A few weeks ago I had to abandon a race because of iliotibial band pain (Nilgiris 100 kms). It sucked a million times !
I already had caught this 3 years ago and I knew it was damn difficult to get rid of it permanently. It is also a super frustrating because the pain will quickly disappear and you will want to run but as soon as you do it, the pain will come back instantly.
It is a tough problem to get over, but it is possible and actually pretty easy to do.
Step 1: Rest!
Step 2: Stretch all those tight tissues and reinforce your weak hip muscles !
It affects a tissue that runs from the side of your hip all of the way down past your knee. Most of the time and myself included, the inflammation manifests itself as pain on the outside of the knee. One quick look at the anatomy on the right can help you realize that the cause of the pain can be anywhere from the hip to the knee.
So even though the pain is in the knee, the source of the problem might be elsewhere and we want to stretch all that in order to start fresh and new so we can strengthen that hip. Give you an hour daily to do below exercises for the 2 weeks of rest you have taken (as a minimum) and then incorporate some squats and lunges to your weekly schedule.
Step 3: Learn how to run by striking with your mid foot/forefoot !
If you like to read books then I strongly advise you to read this: “Born to Run” from Christopher Mc Dougall.
It is a story of a man who discovers a hidden tribe that runs ultra long distances on a weekly basis. Through them he changes his way of running in order to run longer and further. All superbly written and a true story featuring Scott Jurek.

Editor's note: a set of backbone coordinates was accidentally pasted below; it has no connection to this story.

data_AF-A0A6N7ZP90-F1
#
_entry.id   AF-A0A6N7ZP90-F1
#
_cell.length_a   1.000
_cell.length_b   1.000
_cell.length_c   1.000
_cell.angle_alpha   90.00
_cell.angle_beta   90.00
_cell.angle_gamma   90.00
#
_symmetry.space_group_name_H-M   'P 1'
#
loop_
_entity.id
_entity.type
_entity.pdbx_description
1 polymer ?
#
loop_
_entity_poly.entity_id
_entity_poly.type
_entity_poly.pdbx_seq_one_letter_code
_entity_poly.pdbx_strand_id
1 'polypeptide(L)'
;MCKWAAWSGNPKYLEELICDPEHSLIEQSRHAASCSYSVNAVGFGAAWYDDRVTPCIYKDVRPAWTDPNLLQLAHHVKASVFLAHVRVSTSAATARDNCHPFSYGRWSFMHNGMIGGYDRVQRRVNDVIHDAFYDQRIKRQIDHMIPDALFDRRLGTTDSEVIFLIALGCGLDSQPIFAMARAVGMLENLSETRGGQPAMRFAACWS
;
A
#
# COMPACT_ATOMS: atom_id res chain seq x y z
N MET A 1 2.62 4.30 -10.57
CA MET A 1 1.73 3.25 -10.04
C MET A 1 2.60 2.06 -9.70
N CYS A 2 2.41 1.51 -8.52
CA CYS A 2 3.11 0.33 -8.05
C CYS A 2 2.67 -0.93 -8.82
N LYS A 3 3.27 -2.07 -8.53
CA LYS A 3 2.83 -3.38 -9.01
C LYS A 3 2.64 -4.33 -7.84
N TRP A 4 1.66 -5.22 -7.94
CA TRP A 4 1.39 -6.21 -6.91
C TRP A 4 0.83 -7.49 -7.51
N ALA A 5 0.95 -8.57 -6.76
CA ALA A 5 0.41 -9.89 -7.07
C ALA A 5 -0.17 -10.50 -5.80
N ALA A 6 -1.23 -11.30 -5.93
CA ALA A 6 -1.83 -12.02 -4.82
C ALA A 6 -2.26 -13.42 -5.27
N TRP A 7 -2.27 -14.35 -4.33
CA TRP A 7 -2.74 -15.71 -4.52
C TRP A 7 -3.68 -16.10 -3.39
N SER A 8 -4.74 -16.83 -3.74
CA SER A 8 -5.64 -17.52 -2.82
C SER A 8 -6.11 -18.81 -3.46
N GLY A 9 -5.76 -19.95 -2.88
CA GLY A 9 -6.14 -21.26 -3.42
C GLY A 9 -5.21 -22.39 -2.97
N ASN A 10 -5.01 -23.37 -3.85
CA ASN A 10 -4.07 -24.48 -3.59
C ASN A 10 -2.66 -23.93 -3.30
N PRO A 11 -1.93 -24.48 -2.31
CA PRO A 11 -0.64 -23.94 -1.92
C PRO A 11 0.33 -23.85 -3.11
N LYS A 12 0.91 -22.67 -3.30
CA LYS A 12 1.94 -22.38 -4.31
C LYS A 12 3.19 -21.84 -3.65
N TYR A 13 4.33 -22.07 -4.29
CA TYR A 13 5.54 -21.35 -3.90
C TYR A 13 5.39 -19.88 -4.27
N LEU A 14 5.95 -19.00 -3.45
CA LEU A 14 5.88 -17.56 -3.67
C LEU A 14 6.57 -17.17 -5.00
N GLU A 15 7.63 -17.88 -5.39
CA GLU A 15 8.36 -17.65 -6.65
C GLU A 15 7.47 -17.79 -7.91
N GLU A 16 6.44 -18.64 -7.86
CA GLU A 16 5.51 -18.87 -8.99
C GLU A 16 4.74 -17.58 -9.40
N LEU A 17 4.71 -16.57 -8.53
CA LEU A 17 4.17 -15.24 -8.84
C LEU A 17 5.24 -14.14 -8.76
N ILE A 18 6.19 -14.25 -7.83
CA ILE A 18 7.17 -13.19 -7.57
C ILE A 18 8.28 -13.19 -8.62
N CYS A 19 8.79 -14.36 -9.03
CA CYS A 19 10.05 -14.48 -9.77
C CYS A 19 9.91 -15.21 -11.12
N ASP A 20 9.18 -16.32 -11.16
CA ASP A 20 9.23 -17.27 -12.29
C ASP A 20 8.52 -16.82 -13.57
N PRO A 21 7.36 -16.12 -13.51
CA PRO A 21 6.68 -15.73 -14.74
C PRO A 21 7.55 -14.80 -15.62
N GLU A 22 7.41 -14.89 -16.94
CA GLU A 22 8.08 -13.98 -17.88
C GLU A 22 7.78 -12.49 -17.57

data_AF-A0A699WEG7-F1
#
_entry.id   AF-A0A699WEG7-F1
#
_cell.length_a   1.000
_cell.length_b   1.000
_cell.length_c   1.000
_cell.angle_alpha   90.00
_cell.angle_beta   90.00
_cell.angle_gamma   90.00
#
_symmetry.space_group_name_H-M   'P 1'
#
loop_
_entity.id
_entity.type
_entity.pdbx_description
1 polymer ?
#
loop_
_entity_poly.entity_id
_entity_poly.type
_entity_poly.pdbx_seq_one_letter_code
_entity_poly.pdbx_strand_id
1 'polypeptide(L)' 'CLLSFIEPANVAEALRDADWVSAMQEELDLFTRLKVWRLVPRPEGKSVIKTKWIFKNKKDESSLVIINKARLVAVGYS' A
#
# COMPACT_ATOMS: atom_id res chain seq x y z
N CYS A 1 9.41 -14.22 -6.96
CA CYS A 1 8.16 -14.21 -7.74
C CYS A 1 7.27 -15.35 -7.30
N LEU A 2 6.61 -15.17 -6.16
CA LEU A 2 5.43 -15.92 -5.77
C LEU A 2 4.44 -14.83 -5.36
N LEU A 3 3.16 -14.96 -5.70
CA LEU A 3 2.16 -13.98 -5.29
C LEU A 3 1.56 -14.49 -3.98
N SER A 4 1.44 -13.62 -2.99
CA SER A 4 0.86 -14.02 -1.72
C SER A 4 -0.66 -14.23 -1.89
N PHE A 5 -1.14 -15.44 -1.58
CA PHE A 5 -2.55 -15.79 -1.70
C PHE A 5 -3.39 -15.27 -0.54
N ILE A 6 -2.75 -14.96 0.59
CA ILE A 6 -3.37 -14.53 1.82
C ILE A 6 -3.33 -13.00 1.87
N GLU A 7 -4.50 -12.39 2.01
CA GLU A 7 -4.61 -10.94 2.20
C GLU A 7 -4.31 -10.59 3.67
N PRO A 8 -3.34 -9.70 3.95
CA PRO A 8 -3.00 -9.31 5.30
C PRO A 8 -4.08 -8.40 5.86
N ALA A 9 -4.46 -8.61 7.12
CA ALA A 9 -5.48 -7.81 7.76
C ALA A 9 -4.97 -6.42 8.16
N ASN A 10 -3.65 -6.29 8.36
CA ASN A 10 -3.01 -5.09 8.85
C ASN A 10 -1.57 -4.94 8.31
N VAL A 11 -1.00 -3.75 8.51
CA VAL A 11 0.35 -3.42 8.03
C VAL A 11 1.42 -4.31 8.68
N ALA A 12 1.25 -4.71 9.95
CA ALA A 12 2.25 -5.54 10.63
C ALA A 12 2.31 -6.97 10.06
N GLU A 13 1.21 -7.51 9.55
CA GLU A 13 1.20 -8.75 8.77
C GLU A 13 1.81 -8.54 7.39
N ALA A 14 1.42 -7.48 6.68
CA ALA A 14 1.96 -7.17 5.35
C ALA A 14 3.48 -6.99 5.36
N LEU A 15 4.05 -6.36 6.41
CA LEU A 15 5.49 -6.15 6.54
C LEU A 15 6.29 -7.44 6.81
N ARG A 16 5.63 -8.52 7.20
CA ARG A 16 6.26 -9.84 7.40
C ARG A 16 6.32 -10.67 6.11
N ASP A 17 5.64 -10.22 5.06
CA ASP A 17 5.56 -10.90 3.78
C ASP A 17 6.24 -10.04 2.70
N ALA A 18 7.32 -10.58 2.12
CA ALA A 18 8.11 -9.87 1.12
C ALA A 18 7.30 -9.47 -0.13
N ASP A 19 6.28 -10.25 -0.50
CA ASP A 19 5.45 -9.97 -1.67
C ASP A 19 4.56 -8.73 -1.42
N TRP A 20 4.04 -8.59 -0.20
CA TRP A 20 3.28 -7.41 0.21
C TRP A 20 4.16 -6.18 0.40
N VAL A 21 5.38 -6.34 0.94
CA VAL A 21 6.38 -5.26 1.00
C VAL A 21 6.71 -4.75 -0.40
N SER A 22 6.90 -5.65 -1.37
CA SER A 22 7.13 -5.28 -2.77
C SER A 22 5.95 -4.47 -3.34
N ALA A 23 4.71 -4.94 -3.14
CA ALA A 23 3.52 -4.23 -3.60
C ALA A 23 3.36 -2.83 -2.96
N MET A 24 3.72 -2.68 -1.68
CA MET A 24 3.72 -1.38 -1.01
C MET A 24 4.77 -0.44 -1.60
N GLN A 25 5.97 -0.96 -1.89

By reading this I don’t intend to convert you to minimalism (although you should 😉 but the mechanisms behind it are correct and you can apply it with normal running shoes also.
The first time I got ITB syndrome 3 years ago, it wouldn’t heal. I was desperate and I found this book by chance. I actually had it in my drawer for a while before I started reading it. What was the point if I couldn’t run anymore?
When I got to it, it made me understand that all Kenyans and Ethiopians are the best long distance runners in the world not only because of genes but also because of their running mechanism. See, the industry of running shoes remodeled the way we ran with their cushioning and their heel to toe drop.
I thought I could give it a shot since I wasn’t healing anyway. So I got myself a new pair of shoes (Brooks PureGrit 1 with 4mm drop) that was suppose to ease the transfer from heel striking to forefoot running. I began, slowly starting with 5 mins run, focusing on my foot landing, and then increased progressively until I could run an ultra with those. The transition from heel striking to forefoot running (without going into minimalism) is very slow, but it is worth it.
By striking mid foot/forefoot your body absorbs the shock more easily. This is because forefoot runners touch the ground while keeping their ankles and knees bent, as well as their hip joints slightly open. It creates a natural method of shock absorption. When you land on your heel, your ankle is retracted, so it cannot absorb the impact. Instead, your knees absorb the bulk of the stress, and this can result in knee injuries, as well as strains on the tendons in your feet. Your forefoot is also wider than your heel, and landing on it instead increases the surface that absorbs the impact, reducing the shock.
Before doing the transition, I suffered from chronic ITB for 6 months on my right knee. No stretches or anything was working for me until I changed my running style. 3 years later I got ITB again. I needed 2 weeks, some stretches and hip strengthening to be able to run again. Do the maths, but it’s pretty clear you should switch to forefoot striking !